Welcome to the clinic

Believe it or not, I used to work in a clinic. In a way it feels like another lifetime, but as soon as we got clsoe to the clinic and I could hear a little child crying and wailing, it all came back to me.

We walked in the door and followed the pitiful cries to the treatment room where Daouda was draining a huge abcess on a little boy’s neck. I walked in with a huge smile on my face and started teasing Daouda in Wolof that I was sick, my head hurt, my arm hurt, I needed medicine…

He looked up and grinned back once he saw that it was us. Still, cleaning and bandaing, he greeted us, asked about our families, about Roxaya (Jana, my former partner in crime), about France…

After finishing with the little boy – still screaming and crying as his mom tied him onto to her back to walk home – Daouda washed his hands and then shook Cheikh’s hand then mine. I could not stop smiling.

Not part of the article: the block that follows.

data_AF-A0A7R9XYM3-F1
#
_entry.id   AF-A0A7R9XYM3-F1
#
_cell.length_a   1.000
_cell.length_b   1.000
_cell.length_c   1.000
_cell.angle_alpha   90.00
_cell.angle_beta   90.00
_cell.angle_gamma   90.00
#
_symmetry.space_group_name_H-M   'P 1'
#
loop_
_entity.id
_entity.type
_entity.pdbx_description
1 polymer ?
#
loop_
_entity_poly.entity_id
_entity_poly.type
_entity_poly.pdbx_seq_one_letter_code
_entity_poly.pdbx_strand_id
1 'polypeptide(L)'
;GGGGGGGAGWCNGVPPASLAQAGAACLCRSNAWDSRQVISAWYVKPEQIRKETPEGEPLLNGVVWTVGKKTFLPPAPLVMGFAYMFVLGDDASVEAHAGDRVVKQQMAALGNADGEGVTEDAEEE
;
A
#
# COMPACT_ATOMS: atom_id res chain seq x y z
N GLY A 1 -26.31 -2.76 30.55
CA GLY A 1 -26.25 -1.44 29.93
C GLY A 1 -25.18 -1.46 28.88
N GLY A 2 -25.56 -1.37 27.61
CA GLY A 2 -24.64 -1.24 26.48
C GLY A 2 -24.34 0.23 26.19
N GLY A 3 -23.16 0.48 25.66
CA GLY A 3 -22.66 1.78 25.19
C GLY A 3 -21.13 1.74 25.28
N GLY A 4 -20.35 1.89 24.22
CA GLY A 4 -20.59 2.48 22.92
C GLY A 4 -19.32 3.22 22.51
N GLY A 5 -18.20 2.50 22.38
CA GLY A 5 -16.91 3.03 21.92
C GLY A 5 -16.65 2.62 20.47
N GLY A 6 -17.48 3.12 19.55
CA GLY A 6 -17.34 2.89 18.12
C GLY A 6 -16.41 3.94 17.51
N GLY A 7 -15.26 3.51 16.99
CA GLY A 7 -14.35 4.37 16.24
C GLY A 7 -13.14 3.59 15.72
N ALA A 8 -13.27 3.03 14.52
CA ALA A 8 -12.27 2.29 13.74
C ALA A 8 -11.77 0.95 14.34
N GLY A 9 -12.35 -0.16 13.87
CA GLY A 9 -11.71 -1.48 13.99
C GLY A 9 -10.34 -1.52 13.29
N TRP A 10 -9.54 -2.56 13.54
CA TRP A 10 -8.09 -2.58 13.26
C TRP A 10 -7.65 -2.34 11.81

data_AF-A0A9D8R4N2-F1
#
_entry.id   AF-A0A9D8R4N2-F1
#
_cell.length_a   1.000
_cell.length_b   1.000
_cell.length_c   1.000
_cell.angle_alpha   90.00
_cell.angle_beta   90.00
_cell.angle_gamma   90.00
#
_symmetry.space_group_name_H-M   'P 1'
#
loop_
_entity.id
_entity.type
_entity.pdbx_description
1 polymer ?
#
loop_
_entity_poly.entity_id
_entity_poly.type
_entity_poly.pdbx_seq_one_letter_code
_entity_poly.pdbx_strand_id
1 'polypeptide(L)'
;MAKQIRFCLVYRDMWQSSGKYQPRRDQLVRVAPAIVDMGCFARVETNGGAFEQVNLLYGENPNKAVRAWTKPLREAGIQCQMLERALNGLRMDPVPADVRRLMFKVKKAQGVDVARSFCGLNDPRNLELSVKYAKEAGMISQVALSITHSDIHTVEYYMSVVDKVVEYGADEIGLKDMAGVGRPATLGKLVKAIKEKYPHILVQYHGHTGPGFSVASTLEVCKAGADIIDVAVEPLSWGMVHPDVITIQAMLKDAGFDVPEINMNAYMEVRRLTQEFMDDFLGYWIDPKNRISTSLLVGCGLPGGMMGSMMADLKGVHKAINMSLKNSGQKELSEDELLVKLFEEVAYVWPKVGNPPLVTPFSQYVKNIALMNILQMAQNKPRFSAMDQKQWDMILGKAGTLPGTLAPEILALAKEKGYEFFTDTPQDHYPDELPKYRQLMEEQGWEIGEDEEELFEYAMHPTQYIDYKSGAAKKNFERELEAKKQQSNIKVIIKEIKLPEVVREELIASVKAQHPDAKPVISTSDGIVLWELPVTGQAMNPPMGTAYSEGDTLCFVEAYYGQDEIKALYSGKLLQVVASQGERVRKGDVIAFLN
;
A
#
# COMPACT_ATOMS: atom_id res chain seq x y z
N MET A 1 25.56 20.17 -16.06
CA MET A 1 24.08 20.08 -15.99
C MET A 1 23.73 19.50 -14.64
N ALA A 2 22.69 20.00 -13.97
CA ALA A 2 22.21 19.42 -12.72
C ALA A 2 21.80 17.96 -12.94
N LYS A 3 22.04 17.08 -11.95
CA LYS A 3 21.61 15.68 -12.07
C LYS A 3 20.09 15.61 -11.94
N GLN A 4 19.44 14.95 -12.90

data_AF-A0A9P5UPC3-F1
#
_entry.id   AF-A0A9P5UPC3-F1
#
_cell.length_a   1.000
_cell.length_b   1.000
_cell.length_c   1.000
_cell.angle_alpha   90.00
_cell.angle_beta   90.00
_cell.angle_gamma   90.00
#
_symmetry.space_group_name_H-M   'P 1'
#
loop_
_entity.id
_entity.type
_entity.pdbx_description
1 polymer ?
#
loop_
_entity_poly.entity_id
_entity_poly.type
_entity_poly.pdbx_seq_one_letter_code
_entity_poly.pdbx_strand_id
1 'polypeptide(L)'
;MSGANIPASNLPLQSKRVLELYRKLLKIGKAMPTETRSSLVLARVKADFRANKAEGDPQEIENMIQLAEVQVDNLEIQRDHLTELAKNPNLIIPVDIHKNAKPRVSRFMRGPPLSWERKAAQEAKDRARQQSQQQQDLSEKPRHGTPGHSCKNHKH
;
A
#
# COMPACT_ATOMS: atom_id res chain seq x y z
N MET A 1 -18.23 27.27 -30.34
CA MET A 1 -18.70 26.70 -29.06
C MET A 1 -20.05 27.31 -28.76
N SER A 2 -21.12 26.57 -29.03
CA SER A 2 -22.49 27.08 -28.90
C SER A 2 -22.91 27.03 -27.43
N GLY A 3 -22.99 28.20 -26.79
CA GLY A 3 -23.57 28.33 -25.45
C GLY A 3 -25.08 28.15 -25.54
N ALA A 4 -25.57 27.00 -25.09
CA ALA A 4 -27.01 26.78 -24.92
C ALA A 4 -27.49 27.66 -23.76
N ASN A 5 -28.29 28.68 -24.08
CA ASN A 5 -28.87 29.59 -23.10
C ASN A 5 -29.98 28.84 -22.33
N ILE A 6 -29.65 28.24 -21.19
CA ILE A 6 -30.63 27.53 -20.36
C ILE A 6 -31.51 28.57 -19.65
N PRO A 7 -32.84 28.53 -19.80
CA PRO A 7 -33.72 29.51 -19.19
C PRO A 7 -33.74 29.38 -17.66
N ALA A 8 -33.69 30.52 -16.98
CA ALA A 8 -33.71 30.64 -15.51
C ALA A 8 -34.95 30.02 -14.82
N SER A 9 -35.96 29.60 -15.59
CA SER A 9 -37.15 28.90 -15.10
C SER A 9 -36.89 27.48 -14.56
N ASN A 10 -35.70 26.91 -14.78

Daouda, the clinic nurse and a wonderful teacher

Just about everything I learned how to do, I learned from Daouda – even running an IV in a hut. One of the first articles I had published was about Daouda.

Treatment room

It’s been almost six years and he is still working in the clinic in his home village, even though he could move elsewhere and have a better paying job. He is the only full-time trained medical personnel and works with a part-time nurse from a nearby town and has trained a man from Sindou (Mbaye Signy) to do many procedures as well.

Truly, I cannot say enough nice things about Daouda and his heart.

Sign on the treatment room door
Medical tools
Cheikh talking medicine with the new nurse
They now have running water!
Poster promoting the female condom. They recently did free HIV testing for the village through a government program. Not a single positive result!
Medical records book for 2009
Aida worked with us at the clinic... and is expecting a baby any day now!
Malaria prevention poster
Daouda in one of the patient rooms